Editorial: Patience required in Antwon Rose case


Eric Amundson

Protestors at a June protest raise their fists, chant and lead the crowd with a banner that reads, “Fire Killer Cops.” The banner referenced the death of 17-year-old Antwon Rose, after he was fatally shot by East Pittsburgh police officer Michael Rosfeld on June 19. (Photo by Anne Amundson | Staff Photographer)

Antwon Rose, a 17-year-old black Woodland Hills student, was shot by a white East Pittsburgh police officer, Michael Rosfeld, on the evening of June 26. Since then, coverage of ensuing protests has been extensive — as has speculation surrounding the two parties involved.

What is known to be true is that the unarmed Rose was killed while fleeing the silver Chevrolet Cruze he was in, which police had pulled over as part of a traffic stop. The officers stopped the car because it matched the description of a car involved in an earlier shooting in North Braddock earlier that night.

Despite the ongoing investigation of Rose’s death, misinformation has run wild and much of the focus is on the individuals in the situation instead of their actions. Instead of letting the investigation of Rose’s death run its course, the media has been quick to put out unverified reports about the incident.

Local media is at fault for publishing unverified information surrounding the case and not realizing that readers may then take information out of context. KDKA, WXPI and other outlets reported Friday afternoon that police were reportedly reviewing video of Rose firing a weapon in the drive-by shooting minutes before his death — relying on the words of unidentified sources instead of the police themselves.

Officials with the Allegheny County Police Department refuted this information hours after it was published, but the public wouldn’t let the story go. The false report of the video caused speculation to run wild on social media — as did potential misinformation surrounding the officer.

Before official sources confirmed any information regarding Rosfeld’s employment at Pitt, people were speculating he had a troubled record in law enforcement, leading local journalists to incorrectly report who may have been affected by Rosfeld’s actions in the past. The urgency with which news outlets rushed to break stories surrounding Rosfeld is a product of two problems — news outlets competing with each other and the public demanding information faster than it actually exists.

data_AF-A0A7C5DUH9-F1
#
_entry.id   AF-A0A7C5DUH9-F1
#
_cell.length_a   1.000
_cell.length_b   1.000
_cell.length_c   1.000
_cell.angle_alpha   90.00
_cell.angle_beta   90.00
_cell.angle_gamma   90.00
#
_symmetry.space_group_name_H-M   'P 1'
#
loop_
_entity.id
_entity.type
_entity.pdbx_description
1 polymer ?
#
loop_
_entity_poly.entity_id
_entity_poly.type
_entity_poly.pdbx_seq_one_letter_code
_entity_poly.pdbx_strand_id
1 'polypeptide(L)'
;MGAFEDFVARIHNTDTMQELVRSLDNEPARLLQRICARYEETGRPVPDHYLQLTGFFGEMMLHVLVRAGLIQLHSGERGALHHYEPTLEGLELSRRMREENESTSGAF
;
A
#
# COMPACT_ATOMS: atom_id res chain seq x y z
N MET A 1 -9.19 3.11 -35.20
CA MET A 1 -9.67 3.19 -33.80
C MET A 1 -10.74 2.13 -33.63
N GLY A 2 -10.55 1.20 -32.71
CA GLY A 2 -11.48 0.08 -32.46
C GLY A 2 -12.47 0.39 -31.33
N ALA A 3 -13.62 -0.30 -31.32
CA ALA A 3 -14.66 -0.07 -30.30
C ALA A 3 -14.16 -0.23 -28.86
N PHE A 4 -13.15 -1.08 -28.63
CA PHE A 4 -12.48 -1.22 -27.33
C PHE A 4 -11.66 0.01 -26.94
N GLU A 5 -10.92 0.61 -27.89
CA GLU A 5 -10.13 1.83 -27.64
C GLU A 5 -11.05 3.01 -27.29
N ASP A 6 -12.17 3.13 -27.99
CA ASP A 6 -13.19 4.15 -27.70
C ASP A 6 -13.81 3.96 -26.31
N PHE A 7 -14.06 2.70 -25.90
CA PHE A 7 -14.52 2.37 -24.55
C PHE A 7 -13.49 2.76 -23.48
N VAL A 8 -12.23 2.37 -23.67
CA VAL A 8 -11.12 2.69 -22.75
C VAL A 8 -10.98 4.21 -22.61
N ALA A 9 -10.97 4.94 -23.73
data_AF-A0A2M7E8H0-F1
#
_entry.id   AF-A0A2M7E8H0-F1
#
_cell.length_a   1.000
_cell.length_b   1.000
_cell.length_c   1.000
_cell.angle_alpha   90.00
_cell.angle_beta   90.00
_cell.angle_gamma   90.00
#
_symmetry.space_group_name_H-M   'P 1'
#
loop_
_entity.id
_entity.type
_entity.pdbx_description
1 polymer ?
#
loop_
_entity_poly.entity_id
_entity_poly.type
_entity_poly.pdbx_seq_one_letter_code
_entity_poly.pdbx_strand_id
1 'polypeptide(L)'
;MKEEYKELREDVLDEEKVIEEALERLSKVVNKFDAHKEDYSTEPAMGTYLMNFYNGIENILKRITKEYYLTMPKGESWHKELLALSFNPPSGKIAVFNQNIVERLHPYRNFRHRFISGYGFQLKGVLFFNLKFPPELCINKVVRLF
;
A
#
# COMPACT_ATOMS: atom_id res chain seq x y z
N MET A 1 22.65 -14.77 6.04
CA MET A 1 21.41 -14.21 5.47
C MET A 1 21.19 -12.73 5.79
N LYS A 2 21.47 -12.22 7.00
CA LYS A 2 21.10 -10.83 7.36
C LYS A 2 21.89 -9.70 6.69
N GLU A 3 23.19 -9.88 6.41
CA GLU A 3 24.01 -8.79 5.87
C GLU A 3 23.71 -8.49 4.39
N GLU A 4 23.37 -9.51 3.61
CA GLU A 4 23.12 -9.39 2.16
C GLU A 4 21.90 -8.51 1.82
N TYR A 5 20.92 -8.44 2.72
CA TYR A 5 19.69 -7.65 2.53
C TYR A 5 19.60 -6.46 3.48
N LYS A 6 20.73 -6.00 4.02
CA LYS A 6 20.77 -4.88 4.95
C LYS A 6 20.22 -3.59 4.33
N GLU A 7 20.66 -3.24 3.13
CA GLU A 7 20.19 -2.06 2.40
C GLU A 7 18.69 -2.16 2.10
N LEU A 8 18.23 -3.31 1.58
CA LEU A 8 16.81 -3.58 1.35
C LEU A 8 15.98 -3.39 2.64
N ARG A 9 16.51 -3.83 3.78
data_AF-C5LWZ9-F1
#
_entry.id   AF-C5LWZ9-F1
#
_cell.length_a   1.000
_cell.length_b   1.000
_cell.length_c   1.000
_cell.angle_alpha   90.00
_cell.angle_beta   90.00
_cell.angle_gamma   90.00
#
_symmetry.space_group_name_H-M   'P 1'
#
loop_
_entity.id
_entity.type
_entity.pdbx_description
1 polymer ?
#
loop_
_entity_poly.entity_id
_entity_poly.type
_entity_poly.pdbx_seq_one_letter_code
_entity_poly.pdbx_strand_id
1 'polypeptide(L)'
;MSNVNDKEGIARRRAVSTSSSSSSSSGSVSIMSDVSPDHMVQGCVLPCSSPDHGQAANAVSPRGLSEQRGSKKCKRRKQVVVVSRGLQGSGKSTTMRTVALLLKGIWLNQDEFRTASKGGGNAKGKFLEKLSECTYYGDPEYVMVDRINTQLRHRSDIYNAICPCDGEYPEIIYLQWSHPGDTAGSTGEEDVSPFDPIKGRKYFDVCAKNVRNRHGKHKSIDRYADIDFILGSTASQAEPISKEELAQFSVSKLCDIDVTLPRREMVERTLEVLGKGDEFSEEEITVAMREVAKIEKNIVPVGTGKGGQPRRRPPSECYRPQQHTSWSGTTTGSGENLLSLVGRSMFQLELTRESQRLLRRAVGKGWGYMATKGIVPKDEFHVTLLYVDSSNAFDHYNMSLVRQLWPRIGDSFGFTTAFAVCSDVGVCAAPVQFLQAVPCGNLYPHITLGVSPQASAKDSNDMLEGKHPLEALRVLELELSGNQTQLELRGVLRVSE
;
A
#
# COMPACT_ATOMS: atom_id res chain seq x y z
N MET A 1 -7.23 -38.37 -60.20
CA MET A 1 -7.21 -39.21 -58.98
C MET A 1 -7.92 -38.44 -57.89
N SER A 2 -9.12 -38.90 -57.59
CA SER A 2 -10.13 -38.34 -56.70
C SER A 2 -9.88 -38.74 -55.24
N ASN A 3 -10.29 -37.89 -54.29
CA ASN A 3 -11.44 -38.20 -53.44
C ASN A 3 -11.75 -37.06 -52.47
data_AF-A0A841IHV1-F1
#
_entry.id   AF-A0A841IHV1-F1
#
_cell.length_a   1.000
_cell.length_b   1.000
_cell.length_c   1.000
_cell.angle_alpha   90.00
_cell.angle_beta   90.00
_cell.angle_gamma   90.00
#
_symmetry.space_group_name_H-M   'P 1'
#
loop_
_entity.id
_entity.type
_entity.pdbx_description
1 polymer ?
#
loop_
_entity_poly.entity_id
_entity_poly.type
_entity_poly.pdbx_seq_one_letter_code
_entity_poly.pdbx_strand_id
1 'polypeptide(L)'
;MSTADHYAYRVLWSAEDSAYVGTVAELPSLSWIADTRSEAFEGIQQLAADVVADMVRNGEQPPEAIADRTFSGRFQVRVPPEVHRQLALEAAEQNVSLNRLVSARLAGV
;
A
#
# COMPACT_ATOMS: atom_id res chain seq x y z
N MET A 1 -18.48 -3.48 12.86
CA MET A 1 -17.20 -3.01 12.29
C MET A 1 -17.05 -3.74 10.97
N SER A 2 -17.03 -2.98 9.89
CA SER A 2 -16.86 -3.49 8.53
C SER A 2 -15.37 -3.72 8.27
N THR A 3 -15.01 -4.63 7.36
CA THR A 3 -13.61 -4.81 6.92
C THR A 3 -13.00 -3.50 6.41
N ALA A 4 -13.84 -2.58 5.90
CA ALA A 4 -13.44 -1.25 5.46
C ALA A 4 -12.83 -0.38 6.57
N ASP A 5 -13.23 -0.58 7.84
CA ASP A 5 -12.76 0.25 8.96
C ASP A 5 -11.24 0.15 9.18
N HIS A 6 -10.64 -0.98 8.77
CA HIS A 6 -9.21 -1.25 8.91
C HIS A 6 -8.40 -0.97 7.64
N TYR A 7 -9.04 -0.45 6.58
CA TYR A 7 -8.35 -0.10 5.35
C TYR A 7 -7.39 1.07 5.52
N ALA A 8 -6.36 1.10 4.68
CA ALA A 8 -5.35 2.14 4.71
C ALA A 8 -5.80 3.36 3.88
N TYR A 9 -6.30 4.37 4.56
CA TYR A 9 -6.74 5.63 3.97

The problem even struck protesters during demonstrations, when march leaders mistook reports Rosfeld left his Pitt position as news that he was fired from his East Pittsburgh position. Rosfeld is on leave from the East Pittsburgh police force. 

Pittsburgh touts itself as a progressive city, but this tragic event leaves its residents asking what exactly progressive means — and how far will the City go to prove it?

Mayor Bill Peduto announced Monday that he supports bringing charges against Rosfeld and conducting the investigation in front of a jury and in the public eye — meaning it could come down to jurors to decide just how progressive Pittsburgh is and how far it will go to gain justice for Rose.

But above all else it is imperative that everyone — media, public and officials — be patient out of respect for Rose’s memory and his family. If we rush to conclusions just to get the hottest scoop or make the loudest point in a protest, we risk spreading information that could threaten any chance of justice.


Correction: An earlier version of this editorial said march leaders heard reports Rosfeld was fired from his position at Pitt. Rosfeld left his position under unclear circumstances, and Pitt authorities have not confirmed whether Rosfeld was fired or resigned. This post has also been updated to clarify Rosfeld’s employment status.